Through surveillance footage and receipts, the police report included rather random details on the various items purchased by the pair over their two weeks on the lam.

The first and most relevant item, purchased when the two left Port Alberni on July 12, was a SKS semi-automatic rifle purchased with McLeod’s Possession and Acquisition Licence at a Cabela’s outdoor sporting goods store in Nanaimo.

Other items included a cowboy hat purchased at a gas station in Fort Nelson on July 14, less than 24 hours before they killed Deese and Fowler.

On July 15, after crossing into the Yukon, the pair were in a Whitehorse gas station where Schmegelsky was caught on surveillance footage buying a 20-litre gas jerry can, with the cowboy hat on. The jerry can nozzle was later found at the scene of their burnt white Dodge truck.

They also bought doughnut packages, a Coffee Crisp chocolate bar and two pairs of gloves at a local store in Dease Lake on the afternoon of July 18.

They went on to buy a crow bar and electrical tape at a Vanderhoof hardware store – the tape being used to make racing stripes on the hood of the stolen RAV4 to change its appearance.

3. 41 days worth of CCTV footage reviewed, 1,500 tips chased

As the manhunt led the provincial, national and even international news cycle within days of Schmegelsky and McLeod being named as suspects in the three killings, police officers parsed through more than 1,500 tips between July 16 to Aug. 4. While some were made through Crime Stoppers, 911 and the dedicated tip line, a number were made at detachment counters across the country.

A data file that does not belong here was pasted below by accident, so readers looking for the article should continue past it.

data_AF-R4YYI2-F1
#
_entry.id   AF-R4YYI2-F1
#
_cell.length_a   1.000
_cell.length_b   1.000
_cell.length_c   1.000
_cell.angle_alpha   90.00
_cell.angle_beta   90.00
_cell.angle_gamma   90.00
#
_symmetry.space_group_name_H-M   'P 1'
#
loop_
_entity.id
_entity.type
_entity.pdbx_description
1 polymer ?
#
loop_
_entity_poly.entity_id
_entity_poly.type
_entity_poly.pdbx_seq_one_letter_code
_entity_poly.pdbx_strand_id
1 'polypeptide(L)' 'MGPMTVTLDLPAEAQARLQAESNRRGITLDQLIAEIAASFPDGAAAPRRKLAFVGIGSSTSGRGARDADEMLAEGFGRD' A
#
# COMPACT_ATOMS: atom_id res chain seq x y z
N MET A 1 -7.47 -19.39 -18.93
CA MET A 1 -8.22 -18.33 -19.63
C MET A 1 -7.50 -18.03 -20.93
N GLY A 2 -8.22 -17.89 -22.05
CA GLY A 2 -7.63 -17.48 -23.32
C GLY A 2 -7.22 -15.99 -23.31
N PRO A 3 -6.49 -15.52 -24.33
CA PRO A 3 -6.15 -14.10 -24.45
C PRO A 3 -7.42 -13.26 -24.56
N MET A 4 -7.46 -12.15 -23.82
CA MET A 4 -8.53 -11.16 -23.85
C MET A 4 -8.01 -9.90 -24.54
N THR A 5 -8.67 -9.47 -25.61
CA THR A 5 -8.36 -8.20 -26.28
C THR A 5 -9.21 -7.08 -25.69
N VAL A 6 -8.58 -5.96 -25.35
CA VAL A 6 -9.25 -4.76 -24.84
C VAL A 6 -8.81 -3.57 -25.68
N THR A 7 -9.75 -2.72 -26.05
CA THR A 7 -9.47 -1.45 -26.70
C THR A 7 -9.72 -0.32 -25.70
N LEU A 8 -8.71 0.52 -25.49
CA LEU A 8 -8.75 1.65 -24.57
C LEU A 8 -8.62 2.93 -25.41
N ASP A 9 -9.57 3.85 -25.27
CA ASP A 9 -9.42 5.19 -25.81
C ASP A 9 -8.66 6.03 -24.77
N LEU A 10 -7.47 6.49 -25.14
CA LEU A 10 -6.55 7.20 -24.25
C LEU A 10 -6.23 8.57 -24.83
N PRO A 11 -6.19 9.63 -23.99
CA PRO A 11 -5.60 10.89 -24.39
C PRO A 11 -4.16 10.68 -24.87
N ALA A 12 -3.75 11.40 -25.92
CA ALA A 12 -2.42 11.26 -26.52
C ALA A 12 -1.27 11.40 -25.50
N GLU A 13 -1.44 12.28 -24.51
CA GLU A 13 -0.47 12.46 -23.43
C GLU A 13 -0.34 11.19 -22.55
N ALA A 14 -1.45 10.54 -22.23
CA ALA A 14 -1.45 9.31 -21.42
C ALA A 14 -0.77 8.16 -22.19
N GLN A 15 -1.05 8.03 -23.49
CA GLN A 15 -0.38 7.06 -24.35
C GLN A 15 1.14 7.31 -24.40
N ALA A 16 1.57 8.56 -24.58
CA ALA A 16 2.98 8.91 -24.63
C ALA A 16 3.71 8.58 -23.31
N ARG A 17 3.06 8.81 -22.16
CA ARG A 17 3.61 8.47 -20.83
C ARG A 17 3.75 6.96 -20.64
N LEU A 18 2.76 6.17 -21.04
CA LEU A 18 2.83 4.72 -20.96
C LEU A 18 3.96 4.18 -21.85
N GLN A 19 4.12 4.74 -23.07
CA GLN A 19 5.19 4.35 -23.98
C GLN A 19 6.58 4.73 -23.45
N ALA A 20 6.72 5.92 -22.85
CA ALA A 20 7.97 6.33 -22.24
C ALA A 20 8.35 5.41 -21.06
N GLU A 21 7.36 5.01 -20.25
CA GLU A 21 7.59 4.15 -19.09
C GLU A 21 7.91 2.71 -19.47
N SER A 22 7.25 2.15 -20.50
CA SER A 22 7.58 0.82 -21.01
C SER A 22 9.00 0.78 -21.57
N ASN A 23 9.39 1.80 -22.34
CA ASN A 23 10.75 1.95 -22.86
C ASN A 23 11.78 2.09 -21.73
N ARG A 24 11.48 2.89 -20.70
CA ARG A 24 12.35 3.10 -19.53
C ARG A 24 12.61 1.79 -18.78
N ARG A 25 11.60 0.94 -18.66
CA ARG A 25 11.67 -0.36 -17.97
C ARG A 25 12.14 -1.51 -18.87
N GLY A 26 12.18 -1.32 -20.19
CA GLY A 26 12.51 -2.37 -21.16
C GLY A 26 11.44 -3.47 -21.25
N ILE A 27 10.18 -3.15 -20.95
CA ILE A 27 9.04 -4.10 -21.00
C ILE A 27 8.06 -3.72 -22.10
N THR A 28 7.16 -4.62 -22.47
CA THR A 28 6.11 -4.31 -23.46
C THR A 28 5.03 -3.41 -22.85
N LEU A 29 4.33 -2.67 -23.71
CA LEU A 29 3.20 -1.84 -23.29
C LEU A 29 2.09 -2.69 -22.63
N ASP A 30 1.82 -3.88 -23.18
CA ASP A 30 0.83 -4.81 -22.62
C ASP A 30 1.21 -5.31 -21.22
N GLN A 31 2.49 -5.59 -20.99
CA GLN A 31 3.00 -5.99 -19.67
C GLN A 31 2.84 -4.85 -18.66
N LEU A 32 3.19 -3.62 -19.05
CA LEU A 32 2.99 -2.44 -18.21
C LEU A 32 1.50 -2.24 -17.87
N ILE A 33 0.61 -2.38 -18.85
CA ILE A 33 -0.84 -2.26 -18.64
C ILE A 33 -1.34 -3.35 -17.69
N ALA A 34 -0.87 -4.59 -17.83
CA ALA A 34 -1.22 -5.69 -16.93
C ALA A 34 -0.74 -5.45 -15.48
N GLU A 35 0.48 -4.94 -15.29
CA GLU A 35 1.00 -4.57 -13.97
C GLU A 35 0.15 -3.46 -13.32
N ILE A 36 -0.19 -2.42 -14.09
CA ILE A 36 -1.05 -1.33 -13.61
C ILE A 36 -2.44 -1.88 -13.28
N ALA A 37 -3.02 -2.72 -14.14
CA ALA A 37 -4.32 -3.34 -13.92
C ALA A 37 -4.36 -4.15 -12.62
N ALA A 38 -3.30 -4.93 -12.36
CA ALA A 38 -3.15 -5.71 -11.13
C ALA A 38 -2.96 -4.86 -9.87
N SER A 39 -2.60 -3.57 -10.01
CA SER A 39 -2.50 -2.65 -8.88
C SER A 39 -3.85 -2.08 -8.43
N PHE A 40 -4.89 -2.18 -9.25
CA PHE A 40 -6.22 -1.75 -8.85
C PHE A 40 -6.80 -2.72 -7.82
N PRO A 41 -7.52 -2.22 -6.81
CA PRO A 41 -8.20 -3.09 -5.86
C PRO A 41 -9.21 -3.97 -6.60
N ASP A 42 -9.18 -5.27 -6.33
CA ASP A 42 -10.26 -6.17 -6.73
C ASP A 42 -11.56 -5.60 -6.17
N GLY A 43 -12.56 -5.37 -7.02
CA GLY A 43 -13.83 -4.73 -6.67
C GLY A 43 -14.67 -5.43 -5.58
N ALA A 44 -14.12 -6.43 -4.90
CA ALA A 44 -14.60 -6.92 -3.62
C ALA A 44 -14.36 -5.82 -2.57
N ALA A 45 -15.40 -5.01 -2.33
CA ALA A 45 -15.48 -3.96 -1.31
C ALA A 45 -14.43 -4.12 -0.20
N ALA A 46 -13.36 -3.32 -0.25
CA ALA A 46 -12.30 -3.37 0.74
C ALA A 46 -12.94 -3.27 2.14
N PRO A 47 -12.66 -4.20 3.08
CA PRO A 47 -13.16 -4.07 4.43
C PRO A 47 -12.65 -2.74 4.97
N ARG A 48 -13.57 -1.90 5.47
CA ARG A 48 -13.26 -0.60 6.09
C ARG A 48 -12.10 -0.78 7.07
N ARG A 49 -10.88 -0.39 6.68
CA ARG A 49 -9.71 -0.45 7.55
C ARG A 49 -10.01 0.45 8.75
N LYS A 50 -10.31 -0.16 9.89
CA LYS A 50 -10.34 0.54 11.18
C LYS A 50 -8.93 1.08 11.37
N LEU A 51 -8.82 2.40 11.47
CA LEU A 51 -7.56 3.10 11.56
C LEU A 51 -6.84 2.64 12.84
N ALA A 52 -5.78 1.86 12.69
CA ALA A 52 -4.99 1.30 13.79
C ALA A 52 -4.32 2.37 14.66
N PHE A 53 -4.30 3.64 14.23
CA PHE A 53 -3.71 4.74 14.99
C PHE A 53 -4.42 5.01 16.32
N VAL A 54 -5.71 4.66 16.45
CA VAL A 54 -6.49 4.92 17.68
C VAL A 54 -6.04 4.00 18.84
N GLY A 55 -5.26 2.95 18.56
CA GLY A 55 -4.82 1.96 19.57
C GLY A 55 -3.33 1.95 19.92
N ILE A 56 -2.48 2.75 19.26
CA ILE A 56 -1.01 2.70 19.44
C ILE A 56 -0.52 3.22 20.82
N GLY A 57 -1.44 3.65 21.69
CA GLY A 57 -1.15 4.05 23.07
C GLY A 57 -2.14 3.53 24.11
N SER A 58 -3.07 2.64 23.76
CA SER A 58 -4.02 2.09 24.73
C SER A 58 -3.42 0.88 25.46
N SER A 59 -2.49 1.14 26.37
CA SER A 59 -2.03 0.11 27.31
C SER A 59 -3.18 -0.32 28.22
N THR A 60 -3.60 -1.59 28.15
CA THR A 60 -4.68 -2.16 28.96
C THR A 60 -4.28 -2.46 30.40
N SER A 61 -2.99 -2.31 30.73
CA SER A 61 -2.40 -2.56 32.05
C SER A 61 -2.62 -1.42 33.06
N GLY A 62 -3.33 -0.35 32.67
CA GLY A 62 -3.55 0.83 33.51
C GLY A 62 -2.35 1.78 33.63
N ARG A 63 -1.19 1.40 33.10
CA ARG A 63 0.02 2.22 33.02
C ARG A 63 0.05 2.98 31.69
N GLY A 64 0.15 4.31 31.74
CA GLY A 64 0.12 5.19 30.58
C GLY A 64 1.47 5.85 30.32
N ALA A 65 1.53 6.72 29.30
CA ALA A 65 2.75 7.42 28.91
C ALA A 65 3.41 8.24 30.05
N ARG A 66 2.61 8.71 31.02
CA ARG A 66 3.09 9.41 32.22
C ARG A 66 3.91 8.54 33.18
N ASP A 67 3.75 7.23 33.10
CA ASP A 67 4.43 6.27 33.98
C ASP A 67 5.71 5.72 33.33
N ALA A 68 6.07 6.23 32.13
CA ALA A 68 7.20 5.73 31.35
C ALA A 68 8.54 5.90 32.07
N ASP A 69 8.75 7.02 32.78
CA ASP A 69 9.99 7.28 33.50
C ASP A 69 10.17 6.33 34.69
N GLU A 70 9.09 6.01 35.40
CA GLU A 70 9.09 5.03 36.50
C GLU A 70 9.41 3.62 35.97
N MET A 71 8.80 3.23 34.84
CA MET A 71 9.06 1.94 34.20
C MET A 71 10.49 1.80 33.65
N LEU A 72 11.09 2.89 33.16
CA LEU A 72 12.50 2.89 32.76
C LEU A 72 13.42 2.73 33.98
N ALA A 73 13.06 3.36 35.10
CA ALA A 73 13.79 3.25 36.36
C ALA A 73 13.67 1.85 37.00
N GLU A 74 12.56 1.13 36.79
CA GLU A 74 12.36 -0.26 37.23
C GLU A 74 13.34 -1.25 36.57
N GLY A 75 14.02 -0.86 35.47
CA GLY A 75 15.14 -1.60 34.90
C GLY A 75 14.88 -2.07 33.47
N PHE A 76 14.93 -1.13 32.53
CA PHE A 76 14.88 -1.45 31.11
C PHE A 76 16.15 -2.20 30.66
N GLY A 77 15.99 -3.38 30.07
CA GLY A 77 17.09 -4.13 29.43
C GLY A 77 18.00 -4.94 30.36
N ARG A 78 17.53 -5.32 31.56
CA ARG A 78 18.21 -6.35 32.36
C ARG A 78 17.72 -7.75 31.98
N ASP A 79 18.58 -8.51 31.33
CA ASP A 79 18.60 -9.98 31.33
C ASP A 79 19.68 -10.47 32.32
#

ALSO READ: Photo spreading online is not B.C. fugitive Kam McLeod: RCMP

In B.C., there were up to 160 police officers and employees working extended shifts to review more than 1,000 hours (or 41 days) of surveillance footage as the ground and aerial search took place in Manitoba.

Some of the tips that were determined to be unfounded included the fugitives being spotted in the U.S. and as far as Ontario.

Kam McLeod (left) and Bryer Schmegelsky (right) spotted at a hardware store in Meadow Lake, Sask., on July 21, 2019. Both are wanted in a string of homicides in northern B.C. (RCMP handout)

4. Fugitives did head to the Yukon after all

According to police, the families of McLeod and Schmegelsky were under the impression the two had decided to leave their jobs at the Port Alberni Walmart and head to the Yukon to look for work.

After their burnt truck was found, the family members told police the men were “good kids” who had been sending them photos of their trip over text message. The last contact they had with their families was on July 17, police said.